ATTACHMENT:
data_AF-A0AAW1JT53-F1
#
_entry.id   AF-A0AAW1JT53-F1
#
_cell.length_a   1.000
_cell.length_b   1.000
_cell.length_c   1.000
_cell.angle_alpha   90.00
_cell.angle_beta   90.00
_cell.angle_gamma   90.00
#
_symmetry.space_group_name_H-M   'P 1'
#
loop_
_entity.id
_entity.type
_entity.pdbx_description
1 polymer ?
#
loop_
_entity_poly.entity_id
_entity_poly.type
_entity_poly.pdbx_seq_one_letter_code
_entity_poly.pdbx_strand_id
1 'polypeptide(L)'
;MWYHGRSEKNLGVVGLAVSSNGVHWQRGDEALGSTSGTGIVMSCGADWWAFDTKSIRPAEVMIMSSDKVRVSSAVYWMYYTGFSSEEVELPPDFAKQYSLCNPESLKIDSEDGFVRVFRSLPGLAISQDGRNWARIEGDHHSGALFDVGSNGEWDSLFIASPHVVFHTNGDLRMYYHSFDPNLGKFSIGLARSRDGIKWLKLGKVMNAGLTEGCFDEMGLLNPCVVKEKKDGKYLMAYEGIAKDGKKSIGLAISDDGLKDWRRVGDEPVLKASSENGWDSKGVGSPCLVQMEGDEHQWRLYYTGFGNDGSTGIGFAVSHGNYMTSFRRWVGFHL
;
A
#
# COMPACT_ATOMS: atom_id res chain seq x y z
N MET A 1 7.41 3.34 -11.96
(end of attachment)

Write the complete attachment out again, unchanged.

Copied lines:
data_AF-A0AAW1JT53-F1
#
_entry.id   AF-A0AAW1JT53-F1
#
_cell.length_a   1.000
_cell.length_b   1.000
_cell.length_c   1.000
_cell.angle_alpha   90.00
_cell.angle_beta   90.00
_cell.angle_gamma   90.00
#
_symmetry.space_group_name_H-M   'P 1'
#
loop_
_entity.id
_entity.type
_entity.pdbx_description
1 polymer ?
#
loop_
_entity_poly.entity_id
_entity_poly.type
_entity_poly.pdbx_seq_one_letter_code
_entity_poly.pdbx_strand_id
1 'polypeptide(L)'
;MWYHGRSEKNLGVVGLAVSSNGVHWQRGDEALGSTSGTGIVMSCGADWWAFDTKSIRPAEVMIMSSDKVRVSSAVYWMYYTGFSSEEVELPPDFAKQYSLCNPESLKIDSEDGFVRVFRSLPGLAISQDGRNWARIEGDHHSGALFDVGSNGEWDSLFIASPHVVFHTNGDLRMYYHSFDPNLGKFSIGLARSRDGIKWLKLGKVMNAGLTEGCFDEMGLLNPCVVKEKKDGKYLMAYEGIAKDGKKSIGLAISDDGLKDWRRVGDEPVLKASSENGWDSKGVGSPCLVQMEGDEHQWRLYYTGFGNDGSTGIGFAVSHGNYMTSFRRWVGFHL
;
A
#
# COMPACT_ATOMS: atom_id res chain seq x y z
N MET A 1 7.41 3.34 -11.96